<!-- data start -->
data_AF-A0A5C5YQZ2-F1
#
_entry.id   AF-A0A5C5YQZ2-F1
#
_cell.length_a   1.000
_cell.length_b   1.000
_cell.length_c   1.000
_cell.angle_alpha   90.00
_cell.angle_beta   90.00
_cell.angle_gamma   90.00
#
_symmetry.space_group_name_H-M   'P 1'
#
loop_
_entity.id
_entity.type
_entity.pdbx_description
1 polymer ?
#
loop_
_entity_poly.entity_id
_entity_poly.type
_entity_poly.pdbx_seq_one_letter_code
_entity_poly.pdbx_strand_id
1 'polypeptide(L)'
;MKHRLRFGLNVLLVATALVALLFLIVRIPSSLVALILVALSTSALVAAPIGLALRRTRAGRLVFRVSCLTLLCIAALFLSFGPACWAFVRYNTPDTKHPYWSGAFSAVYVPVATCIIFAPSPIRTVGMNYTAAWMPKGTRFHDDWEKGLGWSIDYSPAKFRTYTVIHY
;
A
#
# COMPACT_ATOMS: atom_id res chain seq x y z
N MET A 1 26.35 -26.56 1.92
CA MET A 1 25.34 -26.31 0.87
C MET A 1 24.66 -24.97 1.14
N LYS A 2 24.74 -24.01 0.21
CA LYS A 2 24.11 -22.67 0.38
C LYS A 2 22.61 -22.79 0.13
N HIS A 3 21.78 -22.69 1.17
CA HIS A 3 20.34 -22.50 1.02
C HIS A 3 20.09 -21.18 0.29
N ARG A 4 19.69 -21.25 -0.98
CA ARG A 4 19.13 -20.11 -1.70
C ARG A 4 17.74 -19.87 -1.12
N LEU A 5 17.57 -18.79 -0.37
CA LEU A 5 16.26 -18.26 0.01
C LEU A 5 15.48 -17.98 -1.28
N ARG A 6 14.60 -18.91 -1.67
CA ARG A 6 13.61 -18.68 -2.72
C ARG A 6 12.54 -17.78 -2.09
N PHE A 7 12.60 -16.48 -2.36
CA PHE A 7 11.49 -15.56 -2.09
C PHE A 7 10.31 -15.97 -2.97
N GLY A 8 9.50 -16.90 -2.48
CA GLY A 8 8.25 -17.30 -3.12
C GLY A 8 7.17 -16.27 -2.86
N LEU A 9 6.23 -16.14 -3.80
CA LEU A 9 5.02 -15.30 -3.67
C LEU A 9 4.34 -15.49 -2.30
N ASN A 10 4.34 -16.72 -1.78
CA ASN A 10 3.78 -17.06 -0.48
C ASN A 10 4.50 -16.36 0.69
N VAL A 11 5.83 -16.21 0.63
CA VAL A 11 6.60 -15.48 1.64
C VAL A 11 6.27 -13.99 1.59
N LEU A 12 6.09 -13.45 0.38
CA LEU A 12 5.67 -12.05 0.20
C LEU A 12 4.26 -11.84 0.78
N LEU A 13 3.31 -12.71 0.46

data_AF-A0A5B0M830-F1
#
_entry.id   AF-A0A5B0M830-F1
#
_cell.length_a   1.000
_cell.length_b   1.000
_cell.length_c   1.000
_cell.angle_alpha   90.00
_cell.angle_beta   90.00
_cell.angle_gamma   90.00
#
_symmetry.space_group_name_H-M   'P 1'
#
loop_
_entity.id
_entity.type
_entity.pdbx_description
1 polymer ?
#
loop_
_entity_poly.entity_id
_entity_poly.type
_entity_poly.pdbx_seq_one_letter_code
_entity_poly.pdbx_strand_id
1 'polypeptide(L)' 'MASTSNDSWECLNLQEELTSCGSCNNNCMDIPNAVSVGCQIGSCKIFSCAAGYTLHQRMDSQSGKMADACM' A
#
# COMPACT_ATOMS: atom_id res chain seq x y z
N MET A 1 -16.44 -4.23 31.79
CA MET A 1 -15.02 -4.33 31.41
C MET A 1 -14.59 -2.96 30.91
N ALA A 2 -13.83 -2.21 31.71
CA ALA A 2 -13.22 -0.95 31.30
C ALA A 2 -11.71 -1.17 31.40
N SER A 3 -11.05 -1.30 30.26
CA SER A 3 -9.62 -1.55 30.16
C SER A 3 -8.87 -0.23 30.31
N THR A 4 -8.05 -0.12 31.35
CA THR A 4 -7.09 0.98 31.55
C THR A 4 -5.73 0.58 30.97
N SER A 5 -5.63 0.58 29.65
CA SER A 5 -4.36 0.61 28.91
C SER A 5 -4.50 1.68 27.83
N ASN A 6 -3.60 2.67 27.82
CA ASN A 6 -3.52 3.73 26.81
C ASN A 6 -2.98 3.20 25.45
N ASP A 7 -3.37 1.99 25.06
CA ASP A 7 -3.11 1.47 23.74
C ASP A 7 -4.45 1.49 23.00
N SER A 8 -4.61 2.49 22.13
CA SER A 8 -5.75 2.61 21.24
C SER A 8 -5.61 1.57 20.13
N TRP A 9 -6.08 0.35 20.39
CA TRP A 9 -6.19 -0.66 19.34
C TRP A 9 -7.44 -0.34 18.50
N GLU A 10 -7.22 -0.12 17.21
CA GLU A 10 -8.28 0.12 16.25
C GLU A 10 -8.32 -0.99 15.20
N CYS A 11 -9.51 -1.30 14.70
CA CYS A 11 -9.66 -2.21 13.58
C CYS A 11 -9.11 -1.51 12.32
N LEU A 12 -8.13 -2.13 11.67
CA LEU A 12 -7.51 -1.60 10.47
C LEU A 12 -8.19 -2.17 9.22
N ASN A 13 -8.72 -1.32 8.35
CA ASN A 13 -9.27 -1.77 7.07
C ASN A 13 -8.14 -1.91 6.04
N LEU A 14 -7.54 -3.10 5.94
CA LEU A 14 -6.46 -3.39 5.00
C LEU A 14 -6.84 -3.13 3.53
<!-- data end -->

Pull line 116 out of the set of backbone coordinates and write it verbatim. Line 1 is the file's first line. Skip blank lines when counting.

N SER A 8 -4.61 2.49 22.13